The following is a transcript of an episode of the Tricks of the Trade(mark) podcast, listen to the episode here.

My friend Chad, who helps me record this podcast, often asks me about international trademark protection, not only for his trademarks which are registered in the United States, but in general curious about the interplay between US protection and protections abroad. This is a question that I get from a lot of people a lot of the time.

There is no single international trademark registration that has any kind of coverage worldwide. A trademark owner, a brand owner, has to essentially go country by country to seek protection, which can be cumbersome and quite expensive, as you might imagine. Each country has their own trademark laws. Many of them are similar in many ways, but they all generally have their own unique twists and their own application process with their own government agency that reviews them. So, in order to apply in other countries, you may need an expert who’s familiar with that country’s system and laws and government agency and processes. That’s one of the reasons that it’s cumbersome and expensive.

However, there are some overlaps and there are some international treaties that help streamline and simplify the process a little bit, and trademark experts who do a lot of international work will be familiar with these tools. The main one is what’s called the Madrid Protocol. It is a treaty that many of the industrial countries are party to, including the United States, including recently Mexico and Canada, and includes the European Union, and includes China, which is very important because a lot of brand owners want protection in China. Through this treaty called the Madrid Protocol, trademark owners can generally more simply and more affordably export a US record (an application or registration) to the other participating countries to be reviewed under their system, without having to go through a whole more formal separate application process. The application will still be reviewed under their country’s guidelines and parameters for conflicts and other things, but the process is simpler and requires less foreign counsel, and it’s generally much less expensive.

There is, however, one main drawback to using the Madrid Protocol: which is that all of these records then are tied together, tied to the underlying registration which may be in the US in many instances that I’ve dealt with, and they’re tied together through the international body (WIPO or World Intellectual Property Organization) that then exports the data to the other countries. The drawback is that if that underlying registration is canceled, or challenged, or not renewed, it affects all of the other ones that are connected to it, so it has a domino effect. Whereas if one applies independently in China, or the European Union, or the United Kingdom, then – although it is more expensive and more cumbersome – the applications are not interrelated to the underlying registration, so that if something happens in one country, it wouldn’t affect the other country.

I mentioned the United Kingdom. Since the Brexit vote of a few years ago, they are still undergoing the regulation process and developing the rules for what will happen to European registrations once the UK is no longer part of the European union, but it does look like that protection will still be granted in the UK and in England. Trademark registration in the European union provides a tremendous value internationally, because there is one registration available that covers the entire EU, and so that really is the best bang for the buck, I tell clients in terms of extending protection internationally.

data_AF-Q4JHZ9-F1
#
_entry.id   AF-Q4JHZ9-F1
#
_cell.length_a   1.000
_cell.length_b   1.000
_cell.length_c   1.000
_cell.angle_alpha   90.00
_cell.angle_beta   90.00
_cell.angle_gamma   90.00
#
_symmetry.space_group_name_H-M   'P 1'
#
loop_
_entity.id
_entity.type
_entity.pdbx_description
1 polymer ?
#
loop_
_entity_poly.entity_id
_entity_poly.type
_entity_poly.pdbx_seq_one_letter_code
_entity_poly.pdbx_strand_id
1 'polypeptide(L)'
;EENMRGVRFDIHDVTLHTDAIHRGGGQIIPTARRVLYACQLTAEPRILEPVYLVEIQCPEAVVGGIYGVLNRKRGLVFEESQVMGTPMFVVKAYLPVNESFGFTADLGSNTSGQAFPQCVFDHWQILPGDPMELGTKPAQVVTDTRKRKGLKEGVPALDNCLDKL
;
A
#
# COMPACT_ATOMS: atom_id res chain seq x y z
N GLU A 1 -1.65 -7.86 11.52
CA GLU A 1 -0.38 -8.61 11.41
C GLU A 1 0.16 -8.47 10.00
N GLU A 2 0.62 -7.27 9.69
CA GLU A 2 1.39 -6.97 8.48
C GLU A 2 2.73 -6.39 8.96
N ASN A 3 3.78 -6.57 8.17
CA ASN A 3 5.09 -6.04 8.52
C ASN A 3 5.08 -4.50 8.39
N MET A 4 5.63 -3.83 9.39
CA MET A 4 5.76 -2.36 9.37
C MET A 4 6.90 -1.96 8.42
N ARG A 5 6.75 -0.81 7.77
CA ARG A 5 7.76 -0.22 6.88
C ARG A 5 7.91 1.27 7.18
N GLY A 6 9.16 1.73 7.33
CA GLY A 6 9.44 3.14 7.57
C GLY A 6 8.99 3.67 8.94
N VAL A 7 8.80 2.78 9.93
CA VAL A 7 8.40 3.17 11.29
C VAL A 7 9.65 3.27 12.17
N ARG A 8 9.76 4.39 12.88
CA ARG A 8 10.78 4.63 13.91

But the really the important consideration that I talk to clients about is whether they’re doing enough sales in any particular country to justify the expense of filing internationally, and then if they are, picking and choosing which countries make the most sense. It really comes down to the volume of sales and the percentage of business that comes from that country as to whether or not it would justify the expense of what generally is going to be a few thousand dollars minimum to seek protection in another country.

Another consideration is if there’s manufacturing going on abroad (most frequently for clients that I’ve dealt with is in China) then there is an extra reason, an extra benefit to make sure the trademarks are protected in that country where the manufacturing is occurring, even if there are no sales occurring there, to ensure that you have some protection if something goes sour with the manufacturing relationship, which occurs more often than we’d like it to.

In sum, international trademark protection is available, but it is not one international filing. It is essentially a country by country process that is or can be quite expensive, but for brands that have an international presence, it is an important part of their trademark portfolio, and it is worth inquiring about and budgeting funds to have international protection.

As you can see, international trademark protection is rather complex and tricky. If you are looking for an expert to help guide you through the process, connect with me here.

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